We also have fewer publishers in Canada who publish children’s books. There are only a handful of Canadian publishers who won’t publish books for the adult market, but there are many publishers who won’t consider books for kids, and even fewer who will publish picture books (typically defined as being for the 4-8 year old market.) Picture Books are a huge investment of time to create and of money to produce. Then, with so many talented writers in the Canadian children’s book industry, the competition for those elusive publishing spots every year is pretty steep.
Lisa reading to children
Q. I saw you read at WOTS in Toronto. It’s obvious you’re a great performer, too, in addition to being a writer. Does that come naturally or is it an acquired trait?
Thanks, Mayank. That’s always great to hear. I’m not entirely sure how to go about answering your question though. I certainly feel that developing an engaging and interactive presentation has been another sharp learning curve for me. I’m grateful to the friends and mentors who have guided me along, helped me develop my presentation style and create a full and flexible repertoire for school visits.
The performance aspect does seem to be one of the key differences I can identify between publishing for adults and publishing for kids. When reading or presenting to young kids, it’s even more crucial to be receptive to those initial cues about the attention spans of the members of the audience. It’s also important to be able to pick up on the wide variety of temperaments and learning styles of the listeners. It’s not often, in my years of presenting to adults, that I had no choice but to address the fact that Steven had a hole in his shoe or that my audience is feeling a bit lethargic because it is 2 pm and many of my listeners might otherwise be napping if they were at home.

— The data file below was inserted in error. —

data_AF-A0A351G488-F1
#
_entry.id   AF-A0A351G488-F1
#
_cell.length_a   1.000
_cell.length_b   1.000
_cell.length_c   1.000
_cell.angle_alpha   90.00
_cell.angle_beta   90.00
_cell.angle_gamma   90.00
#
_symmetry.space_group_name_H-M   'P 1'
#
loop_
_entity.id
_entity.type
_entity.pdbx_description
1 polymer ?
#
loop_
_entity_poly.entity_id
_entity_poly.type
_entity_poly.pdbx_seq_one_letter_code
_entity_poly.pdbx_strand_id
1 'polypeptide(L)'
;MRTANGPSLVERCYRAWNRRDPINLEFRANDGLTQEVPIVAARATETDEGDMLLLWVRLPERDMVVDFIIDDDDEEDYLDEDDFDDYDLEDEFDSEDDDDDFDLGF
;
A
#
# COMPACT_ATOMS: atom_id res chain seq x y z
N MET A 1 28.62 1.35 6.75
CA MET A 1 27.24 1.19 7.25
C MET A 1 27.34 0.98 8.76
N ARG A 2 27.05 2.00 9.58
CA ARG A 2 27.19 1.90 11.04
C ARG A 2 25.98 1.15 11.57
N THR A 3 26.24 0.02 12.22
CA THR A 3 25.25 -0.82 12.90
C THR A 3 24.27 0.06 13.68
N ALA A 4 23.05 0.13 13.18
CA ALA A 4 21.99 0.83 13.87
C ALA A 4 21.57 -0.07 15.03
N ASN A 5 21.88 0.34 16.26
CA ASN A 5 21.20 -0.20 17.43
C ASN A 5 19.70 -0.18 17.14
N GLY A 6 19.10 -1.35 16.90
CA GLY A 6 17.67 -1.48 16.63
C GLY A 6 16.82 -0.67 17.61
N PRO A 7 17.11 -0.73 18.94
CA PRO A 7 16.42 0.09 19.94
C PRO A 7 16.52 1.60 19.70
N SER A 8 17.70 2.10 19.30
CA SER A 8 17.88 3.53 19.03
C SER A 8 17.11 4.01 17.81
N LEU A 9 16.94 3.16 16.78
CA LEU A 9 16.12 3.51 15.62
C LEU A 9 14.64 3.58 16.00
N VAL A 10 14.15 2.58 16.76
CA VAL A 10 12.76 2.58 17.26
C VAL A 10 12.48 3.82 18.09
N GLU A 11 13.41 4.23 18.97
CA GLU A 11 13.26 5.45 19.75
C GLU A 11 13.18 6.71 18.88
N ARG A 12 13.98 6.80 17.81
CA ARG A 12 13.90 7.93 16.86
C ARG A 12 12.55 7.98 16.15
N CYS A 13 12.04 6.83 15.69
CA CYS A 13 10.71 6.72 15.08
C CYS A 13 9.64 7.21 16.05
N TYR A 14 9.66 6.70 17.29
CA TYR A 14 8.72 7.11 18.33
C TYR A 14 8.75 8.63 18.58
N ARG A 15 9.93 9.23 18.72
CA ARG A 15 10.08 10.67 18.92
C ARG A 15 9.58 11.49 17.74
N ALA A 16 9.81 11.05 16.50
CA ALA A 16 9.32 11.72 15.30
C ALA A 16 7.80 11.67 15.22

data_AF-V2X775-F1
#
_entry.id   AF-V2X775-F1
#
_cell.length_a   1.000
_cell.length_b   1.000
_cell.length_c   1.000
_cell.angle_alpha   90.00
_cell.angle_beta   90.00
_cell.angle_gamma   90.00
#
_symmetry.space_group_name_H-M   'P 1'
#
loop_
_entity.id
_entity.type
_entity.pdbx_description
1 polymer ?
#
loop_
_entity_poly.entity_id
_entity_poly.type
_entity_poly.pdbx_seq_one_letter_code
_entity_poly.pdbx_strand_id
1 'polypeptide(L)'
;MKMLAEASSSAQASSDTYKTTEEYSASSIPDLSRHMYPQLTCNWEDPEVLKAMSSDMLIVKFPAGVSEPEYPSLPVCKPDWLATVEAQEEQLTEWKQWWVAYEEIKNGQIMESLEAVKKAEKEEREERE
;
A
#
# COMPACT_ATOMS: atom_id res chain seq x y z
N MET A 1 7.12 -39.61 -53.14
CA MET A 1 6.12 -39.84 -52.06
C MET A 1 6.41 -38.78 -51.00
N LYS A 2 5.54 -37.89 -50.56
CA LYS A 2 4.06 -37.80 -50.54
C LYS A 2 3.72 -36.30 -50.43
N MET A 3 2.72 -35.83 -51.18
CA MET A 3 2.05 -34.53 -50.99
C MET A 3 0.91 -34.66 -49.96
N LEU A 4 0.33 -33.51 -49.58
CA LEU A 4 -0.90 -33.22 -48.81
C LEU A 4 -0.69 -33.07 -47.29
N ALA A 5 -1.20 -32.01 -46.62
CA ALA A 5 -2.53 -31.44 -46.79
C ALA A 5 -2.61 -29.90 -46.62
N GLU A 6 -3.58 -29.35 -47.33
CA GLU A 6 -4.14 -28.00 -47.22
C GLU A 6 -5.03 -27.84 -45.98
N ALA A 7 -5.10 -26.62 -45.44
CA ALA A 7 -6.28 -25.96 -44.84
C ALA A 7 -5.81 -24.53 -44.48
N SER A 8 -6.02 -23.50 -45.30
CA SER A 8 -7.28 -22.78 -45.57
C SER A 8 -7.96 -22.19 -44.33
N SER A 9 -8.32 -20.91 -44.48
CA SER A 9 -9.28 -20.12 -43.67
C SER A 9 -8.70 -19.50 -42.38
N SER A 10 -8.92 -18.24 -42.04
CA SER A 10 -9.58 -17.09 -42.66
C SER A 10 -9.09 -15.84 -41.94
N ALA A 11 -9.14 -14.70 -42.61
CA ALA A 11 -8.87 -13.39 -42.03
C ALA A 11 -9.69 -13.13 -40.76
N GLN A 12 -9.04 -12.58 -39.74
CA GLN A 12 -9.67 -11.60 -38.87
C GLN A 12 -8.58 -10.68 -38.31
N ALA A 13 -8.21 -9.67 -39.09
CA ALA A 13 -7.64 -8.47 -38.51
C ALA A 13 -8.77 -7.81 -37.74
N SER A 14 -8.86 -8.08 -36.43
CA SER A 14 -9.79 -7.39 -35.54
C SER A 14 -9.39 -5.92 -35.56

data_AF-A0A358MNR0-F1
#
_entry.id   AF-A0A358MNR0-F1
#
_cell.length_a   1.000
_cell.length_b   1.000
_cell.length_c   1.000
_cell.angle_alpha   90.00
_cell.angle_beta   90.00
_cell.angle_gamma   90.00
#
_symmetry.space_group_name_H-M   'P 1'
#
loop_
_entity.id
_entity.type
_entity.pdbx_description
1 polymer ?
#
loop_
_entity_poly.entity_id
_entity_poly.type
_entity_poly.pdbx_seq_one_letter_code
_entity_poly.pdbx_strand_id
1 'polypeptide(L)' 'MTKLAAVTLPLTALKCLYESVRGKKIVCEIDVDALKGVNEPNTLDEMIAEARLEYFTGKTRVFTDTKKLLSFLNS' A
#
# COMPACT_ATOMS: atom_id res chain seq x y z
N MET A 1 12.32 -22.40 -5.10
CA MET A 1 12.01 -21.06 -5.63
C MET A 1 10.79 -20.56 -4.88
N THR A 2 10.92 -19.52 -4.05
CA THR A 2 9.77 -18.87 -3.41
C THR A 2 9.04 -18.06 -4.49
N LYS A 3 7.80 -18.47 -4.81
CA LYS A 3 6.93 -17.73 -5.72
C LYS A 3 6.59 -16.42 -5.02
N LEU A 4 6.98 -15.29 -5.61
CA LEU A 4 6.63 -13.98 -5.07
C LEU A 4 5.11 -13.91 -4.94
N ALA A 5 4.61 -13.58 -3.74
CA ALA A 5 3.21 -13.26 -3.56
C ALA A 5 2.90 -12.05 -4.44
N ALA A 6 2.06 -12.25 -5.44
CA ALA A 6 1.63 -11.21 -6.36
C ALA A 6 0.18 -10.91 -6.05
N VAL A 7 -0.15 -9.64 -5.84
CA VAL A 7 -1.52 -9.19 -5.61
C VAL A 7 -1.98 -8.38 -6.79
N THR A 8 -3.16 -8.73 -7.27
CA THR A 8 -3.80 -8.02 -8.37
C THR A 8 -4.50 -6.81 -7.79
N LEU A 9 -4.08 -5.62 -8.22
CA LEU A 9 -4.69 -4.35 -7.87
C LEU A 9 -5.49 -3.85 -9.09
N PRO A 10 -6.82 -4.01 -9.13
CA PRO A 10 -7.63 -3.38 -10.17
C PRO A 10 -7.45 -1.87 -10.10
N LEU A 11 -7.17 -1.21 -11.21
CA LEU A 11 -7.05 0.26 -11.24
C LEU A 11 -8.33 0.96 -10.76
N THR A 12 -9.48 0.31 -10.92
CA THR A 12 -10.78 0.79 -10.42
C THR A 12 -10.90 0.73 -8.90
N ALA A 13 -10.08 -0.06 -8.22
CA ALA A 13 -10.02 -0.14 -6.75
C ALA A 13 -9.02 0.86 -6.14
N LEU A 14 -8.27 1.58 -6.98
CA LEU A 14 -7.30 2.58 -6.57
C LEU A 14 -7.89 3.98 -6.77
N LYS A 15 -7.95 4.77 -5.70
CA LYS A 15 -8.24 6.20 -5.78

Q. You’re a mother. Does that help the process of writing for children? Will you write young adult fiction as your kids grow up? Have you attempted adult fiction? Do you intend to?
I’ve always written where I find my voice at the time. I’m sure having children and being immersed in the world of books for young people probably channelled my voice in a certain direction but, even so, learning the craft of picture book writing was–and continues to be–extremely challenging.
When my oldest son was about 3, I started writing children’s books (in isolation) and I continued like that for about six years. When I’d developed as far as I felt I could on my own, I joined writers’ organizations and critique groups. Looking back, I can see how much I still had to learn and how much my craft developed as I learned from more experienced writers and became able to see others’ writing–and my own–with a critical eye. After having spent 9 years to get to a place where my writing for kids is being pretty well received, I can’t imagine switching gears right now. I’m incredibly grateful for the kids and families who are enjoying my work and for the publishers who are interested in publishing it. I feel like I’m where I’m meant to be at this point.
However, as to whether or not I can see myself writing for different markets in the future, I guess it depends where that inner voice takes me.

Images from Lisa Dalrymple's Facebook page: https://www.facebook.com/DalrympleLisa